|Posted on November 30, 2014 at 11:45 AM||comments (0)|
Making a “box” while lifting is a fundamental yet often overlooked aspect of proper form. The purpose of forming a box is to keep the spine safe while moving loads during variations of the deadlift as well as overhead movements. It is important to make the box part of your routine early on so when weight increases proper form is already embedded in your technique.
(This guy is using a proper box)
Read Full Post »
|Posted on July 15, 2013 at 9:25 PM||comments (0)|
Over the past spring I was given the oppurtunity to develop this minisode regarding strength and performance training for distance runners. Besides being a blast to make, the minisode highlights some keys exercises for athletes of all sports. I hope you enjoy it!
Read Full Post »
|Posted on March 21, 2013 at 11:55 AM||comments (0)|
Chris Johnson’s PR Pace | Strength & Performance Training for Distance Runners, uses in-depth dialogue, examples, charts, and graphs to teach distance runners the importance of strength training for performance enhancement and injury prevention. Using his advance training system, PROformance Training Systems TM, Chris gives the reader world class workouts they can use for races of any distance and caliber.
Chr...Read Full Post »
|Posted on November 27, 2012 at 1:55 PM||comments (0)|
The article Changes to Stride, Surface and Form to Avoid Injury at Runner's World has some great tips in it given by me regarding "smoothing" out your stride.
Check it out and if you like it please comment on ...Read Full Post »
|Posted on June 6, 2012 at 1:15 PM||comments (0)|
Achieving excellence in human performance is based off solid foundations. The roots of these foundations are control and capacity. Control is the body’s ability to adequately manage itself through sufficiently and simultaneously limiting and allowing motion. Capacity on the other hand is the ability to elevate the body to heightened levels of control.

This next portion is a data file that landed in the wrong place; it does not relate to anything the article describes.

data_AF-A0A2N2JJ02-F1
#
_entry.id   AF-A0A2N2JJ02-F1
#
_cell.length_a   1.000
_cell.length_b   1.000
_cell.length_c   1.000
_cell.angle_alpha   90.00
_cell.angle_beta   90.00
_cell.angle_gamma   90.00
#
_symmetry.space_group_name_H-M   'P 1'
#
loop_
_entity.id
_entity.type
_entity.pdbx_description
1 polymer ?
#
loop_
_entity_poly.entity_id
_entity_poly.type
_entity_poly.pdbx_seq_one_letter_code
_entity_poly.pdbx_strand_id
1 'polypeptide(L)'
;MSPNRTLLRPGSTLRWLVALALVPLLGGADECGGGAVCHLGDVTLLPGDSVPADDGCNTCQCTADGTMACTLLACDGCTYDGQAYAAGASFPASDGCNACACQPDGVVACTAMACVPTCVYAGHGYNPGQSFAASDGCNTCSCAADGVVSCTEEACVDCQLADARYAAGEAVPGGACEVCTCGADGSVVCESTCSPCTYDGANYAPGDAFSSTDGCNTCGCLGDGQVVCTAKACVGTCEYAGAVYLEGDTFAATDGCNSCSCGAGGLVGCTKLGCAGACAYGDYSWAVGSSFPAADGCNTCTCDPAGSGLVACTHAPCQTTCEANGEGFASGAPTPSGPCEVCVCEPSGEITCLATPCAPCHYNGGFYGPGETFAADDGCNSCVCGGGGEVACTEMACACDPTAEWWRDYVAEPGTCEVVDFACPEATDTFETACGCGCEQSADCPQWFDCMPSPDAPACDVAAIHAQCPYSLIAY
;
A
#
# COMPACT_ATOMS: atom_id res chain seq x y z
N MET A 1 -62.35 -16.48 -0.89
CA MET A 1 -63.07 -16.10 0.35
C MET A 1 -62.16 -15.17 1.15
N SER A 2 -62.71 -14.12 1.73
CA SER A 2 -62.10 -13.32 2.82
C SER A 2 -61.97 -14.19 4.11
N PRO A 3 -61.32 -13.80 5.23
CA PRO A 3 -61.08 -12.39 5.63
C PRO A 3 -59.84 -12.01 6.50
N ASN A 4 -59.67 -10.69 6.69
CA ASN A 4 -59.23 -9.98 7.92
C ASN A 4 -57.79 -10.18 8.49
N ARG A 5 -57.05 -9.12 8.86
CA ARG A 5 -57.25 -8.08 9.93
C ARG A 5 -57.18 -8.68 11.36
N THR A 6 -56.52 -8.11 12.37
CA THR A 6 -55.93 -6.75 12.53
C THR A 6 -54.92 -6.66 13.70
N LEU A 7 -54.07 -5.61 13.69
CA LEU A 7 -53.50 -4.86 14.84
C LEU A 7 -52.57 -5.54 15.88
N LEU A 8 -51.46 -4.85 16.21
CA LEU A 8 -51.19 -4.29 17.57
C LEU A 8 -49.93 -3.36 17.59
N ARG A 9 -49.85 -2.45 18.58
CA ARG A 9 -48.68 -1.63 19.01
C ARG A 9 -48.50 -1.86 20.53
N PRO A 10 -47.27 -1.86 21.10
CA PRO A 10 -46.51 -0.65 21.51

Efficient control must be ...Read Full Post »
|Posted on April 29, 2012 at 7:45 AM||comments (0)|
Running is primarily pulling, not pushing and is composed of three phases, Push-off, Recovery from Push-off, and Landing). The hip’s hyperextensors pull you forward as one foot “claws” at the ground by your plantar flexors (Push-off) then the leg tucks in high by your Gluteus Maximus (Recovery from Push-off), swings forward and extends outward as it prepares for its next step (Landing).
During a stride, your leg is extended out in front of yo...Read Full Post »
|Posted on March 3, 2012 at 2:00 PM||comments (0)|
Corrective exercise is a method for fitness practitioners to help their clients identify and fix dysfunctional movement patterns, muscle imbalances, and poor arthrokinematics (joints movements) in the absence of pain. There are a couple of major screens out there to judge these deficiencies, the Functional Movement Systems and NASM’s Corrective Exercise Continuum. Both of which do an excellent job at obtaining their goal in corrective exercise.
Read Full Post »
|Posted on February 7, 2012 at 11:15 AM||comments (0)|
The following diagram displays the chain of events that allow our basic survival instincts to instigate injury during exercise and sport.
Humans by nature are creatures of extreme efficiency. As a result we take the path of least resistance. If we are weak in certain areas improper movement patterns can occur. This leads to muscle imbalances and poor arthrokinematics (joint movement) that leads to injury. Our nat...Read Full Post »
|Posted on September 9, 2011 at 1:25 PM||comments (0)|
It happens all the time. An athlete starts a new training regimen with great results only to obtain an injury a couple of weeks in. Why does this happen? If your muscles and cardiovascular system are adapting to the program so well then how did the athlete get hurt? The answer is tendons and ligaments.
Tendons and ligaments are non-contractile filaments that attach muscle to bone o...Read Full Post »
|Posted on June 22, 2011 at 11:57 AM||comments (1)|
We have all been there, and if you haven’t you most likely will be at some point and no, I’m not talking about Disney World. I’m talking about getting injured in sports or fitness. Athletic injuries can happen for a number of reasons, either acute (sudden like an ankle sprain or ACL tear) or chronic (such as Runner’s Knee or Low Back Pain). Although even some acute injuries are a result of a chronic build up over time i.e. you have a weak ankle which is why your ankle ...Read Full Post »